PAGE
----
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2008 Tracy v Norve (right to a jury under 93A)

SOUTHEASTERN DIVISION

Docket # 04-CV-01109

Parties: Noel Tracy and Michael Tracy v. Norve Properties, LLC and Lawrence E. Norve, Jr. Judge: /s/WILBUR P. EDWARDS, JR. ASSOCIATE JUSTICE Date: March 19, 2008 MEMORANDUM OF DECISION ON PLAINTIFFS’ M.G.L. c. 93A CLAIM

This civil action was initiated by the Plaintiffs for damages arising from the rental of an apartment unit located at 174 Pleasant Street in Hanson, MA. (the “Premises”). The Plaintiffs allege that the Defendants breached the covenant of quiet enjoyment and the implied warranty of habitability as to the presence and removal of lead paint in the Premises. The Plaintiffs further alleged that the Defendants retaliated against them, were negligent, failed to comply with the security deposit statute, violated the provisions of M.G.L. c. 93A as promulgated pursuant to regulations issued by the Attorney General and, finally, caused the Plaintiffs to suffer emotional distress. The Defendants denied the allegations and counterclaimed for rental arrearages and damage to the Premises.

The Court conducted a two-day jury trial on November 13th and 14th, 2007. The Court retained the Plaintiffs’ M.G.L. c. 93A count against the Defendants for a separate ruling. On Defendant’s Motion for Directed Verdict, the Court found for the Defendants on the Plaintiffs’ security deposit, negligence and emotional distress claims. After deliberation, the jury found for the Defendants on the Plaintiffs’ implied warranty of habitability, breach of quiet enjoyment and retaliation claims. The jury further awarded the Defendants unpaid rent in the amount of $4,125.00 and damages to the Premises in the amount of $1,065.00. The Court will now rule on the Plaintiffs’ remaining M.G.L. c. 93A claim.

When considering the merits of a claim pursuant to M.G.L. c. 93A, many courts hold that a jury verdict in favor of the Defendant on the claims underlying the M.G.L. c. 93A claim extinguishes the M.G.L. c. 93A claim. See Cytologix Corp. v. Ventana Medical

Systems, Inc., 2006 WL 2042331 at *2 (D. Mass., 2006)(allowing the Defendant’s Motion for Summary Judgment as to the Plaintiff’s M.G.L. c. 93A claim “because the underlying claims…were extinguished by virtue of the jury’s verdict and a 93A claim must fail where the underlying claims fail”); Pimental v. Wachovia Mortgage Corp., 411 F.Supp.2d 32, 40 (D. Mass. 2006)(allowing the Defendant’s Motion to Dismiss because the Plaintiff “…failed to allege sustainable breach of contract or negligence claims, and the Chapter 93A claim is based upon the previous two claims; [therefore], there is no basis for finding [the Defendant] liable under Chapter 93A”); Sanchez v. Witham, 2003 WL 1880131 at *2 (Mass.App.Div. 2003)(stating that the judge may proceed to hear the Plaintiff’s M.G.L. c. 93A claim only if the jury first resolves the underlying claim in the Plaintiff’s favor).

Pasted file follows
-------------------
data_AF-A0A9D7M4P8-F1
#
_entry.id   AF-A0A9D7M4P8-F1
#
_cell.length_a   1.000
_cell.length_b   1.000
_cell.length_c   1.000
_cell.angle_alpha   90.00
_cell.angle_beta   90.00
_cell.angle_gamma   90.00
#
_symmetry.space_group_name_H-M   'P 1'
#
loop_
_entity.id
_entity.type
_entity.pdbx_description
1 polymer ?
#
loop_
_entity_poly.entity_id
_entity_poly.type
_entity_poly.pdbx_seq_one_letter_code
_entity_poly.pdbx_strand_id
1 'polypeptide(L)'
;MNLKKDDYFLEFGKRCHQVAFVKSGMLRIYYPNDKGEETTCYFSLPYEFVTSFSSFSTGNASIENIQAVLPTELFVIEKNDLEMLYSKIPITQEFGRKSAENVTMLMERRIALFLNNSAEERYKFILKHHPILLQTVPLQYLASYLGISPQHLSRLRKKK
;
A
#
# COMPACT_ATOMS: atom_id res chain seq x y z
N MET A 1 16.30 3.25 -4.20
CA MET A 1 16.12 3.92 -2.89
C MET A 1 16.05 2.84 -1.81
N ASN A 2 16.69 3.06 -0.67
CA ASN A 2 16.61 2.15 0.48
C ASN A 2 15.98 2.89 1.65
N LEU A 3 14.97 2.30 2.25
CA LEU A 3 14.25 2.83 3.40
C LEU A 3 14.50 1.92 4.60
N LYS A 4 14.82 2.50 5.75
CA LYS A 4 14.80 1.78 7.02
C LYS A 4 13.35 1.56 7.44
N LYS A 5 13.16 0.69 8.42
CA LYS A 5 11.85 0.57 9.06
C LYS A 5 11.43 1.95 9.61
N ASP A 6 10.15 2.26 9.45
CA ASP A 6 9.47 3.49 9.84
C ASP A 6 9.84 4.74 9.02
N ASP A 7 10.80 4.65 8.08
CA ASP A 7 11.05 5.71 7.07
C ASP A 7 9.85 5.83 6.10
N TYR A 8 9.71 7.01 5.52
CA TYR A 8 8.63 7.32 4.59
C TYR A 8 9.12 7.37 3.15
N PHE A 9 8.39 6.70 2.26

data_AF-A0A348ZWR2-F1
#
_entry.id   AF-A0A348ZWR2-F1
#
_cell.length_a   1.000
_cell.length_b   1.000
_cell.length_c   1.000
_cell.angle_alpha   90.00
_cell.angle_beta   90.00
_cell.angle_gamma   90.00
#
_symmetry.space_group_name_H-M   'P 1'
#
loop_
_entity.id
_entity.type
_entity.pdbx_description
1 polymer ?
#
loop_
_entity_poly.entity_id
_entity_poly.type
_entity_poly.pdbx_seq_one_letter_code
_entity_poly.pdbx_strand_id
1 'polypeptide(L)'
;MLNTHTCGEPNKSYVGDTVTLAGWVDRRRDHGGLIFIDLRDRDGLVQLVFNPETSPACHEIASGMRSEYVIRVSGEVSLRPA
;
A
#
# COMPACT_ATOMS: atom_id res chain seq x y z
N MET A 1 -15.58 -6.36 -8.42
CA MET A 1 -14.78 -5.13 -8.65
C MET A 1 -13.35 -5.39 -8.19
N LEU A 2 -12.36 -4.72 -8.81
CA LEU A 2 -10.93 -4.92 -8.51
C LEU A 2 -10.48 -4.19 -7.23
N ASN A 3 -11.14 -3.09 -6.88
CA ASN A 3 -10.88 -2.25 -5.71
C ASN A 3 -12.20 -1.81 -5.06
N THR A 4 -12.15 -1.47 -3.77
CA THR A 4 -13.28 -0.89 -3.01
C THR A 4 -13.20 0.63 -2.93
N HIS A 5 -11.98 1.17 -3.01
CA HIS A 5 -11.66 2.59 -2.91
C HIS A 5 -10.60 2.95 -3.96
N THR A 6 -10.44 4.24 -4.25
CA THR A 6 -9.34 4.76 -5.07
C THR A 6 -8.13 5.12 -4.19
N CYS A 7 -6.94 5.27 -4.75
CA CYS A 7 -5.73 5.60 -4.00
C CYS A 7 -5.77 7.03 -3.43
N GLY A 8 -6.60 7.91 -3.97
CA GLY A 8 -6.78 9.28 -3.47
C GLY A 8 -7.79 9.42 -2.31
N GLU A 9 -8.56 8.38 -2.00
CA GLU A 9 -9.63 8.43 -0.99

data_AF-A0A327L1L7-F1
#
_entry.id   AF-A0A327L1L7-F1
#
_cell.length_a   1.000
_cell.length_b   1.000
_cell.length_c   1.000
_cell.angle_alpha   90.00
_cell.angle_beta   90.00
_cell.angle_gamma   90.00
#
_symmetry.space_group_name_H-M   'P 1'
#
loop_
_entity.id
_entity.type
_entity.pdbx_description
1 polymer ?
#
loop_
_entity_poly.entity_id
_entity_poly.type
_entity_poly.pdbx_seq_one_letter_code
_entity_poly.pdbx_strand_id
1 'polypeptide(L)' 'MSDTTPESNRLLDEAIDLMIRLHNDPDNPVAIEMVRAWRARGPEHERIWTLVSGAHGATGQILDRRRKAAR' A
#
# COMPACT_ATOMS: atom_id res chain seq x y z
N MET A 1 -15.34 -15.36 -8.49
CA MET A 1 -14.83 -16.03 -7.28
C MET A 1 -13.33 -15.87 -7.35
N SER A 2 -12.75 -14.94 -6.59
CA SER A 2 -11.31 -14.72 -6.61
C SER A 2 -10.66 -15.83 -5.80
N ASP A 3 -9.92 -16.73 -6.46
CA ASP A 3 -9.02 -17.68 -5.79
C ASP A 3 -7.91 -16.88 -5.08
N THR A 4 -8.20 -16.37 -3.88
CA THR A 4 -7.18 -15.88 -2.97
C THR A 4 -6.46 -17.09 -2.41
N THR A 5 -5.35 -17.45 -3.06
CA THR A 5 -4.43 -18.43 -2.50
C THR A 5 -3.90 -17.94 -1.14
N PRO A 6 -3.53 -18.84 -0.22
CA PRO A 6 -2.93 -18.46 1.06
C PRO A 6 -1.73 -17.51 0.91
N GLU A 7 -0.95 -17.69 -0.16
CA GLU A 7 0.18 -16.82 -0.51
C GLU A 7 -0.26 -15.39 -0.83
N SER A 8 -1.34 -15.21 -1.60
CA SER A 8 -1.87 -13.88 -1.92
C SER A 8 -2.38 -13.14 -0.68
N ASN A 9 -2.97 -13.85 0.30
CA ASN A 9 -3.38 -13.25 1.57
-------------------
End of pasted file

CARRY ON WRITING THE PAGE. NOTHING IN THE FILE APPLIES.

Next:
Some courts, however, find that a judge is not bound by the findings of the jury. See Wallace Motor Sales, Inc. v. American Motor Sales Corp., 780 F.2d 1049, 1063 (1st Cir., 1985); PolyCarbon Industries, Inc. v. Advantage Engineering, Inc., 260 F.Supp.2d 296, 304 (D. Mass., 2003); Poly v. Moylan, 423 Mass. 141, 151 (1996); Wyler v. Bonnell, 35 Mass.App.Ct. 563, 568 (1994). “A judge may make independent and, therefore, different, findings on the c. 93A aspect of a case that arises from the same facts which gave rise to parallel common law claims.” Poly, 423 Mass. at 151, citing Wyler, 35 Mass. App. Ct. at 568.

This Court finds that the jury’s verdict in this case, based upon the testimony and evidence presented to it as to the Defendants’ alleged breach of quiet enjoyment and the implied warranty of habitability claims, extinguished the Plaintiffs’ M.G.L. c. 93A claim.

As discussed below, the Court therefore finds for the Defendants as to the Plaintiffs’ M.G.L. c. 93A claim. The factual basis of the Plaintiffs’ quiet enjoyment, implied warranty of habitability, and M.G.L. c. 93A claims related to the Defendants’ alleged failure to: 1) disclose the presence of lead at the Premises in July 2002, when the Plaintiffs and their minor children initially moved into the Premises; 2) commence lead paint removal at the

Premises in a timely manner; and 3) relocate the Plaintiffs during the lead paint removal process between the months of August 2003 and February 2004. The jury found that the Defendants did not breach either the covenant of quiet enjoyment or the implied warranty of habitability. Accordingly, as the underlying claims have been resolved in favor of the Defendants, the Court finds that no set of facts exists by which the Defendants could be held liable under M.G.L. c. 93A. The Court therefore finds for the Defendants on the Plaintiffs’ claims pursuant to M.G.L. c. 93A, nunc pro tunc to November 14, 2007.

SO ORDERED.

End Of Decision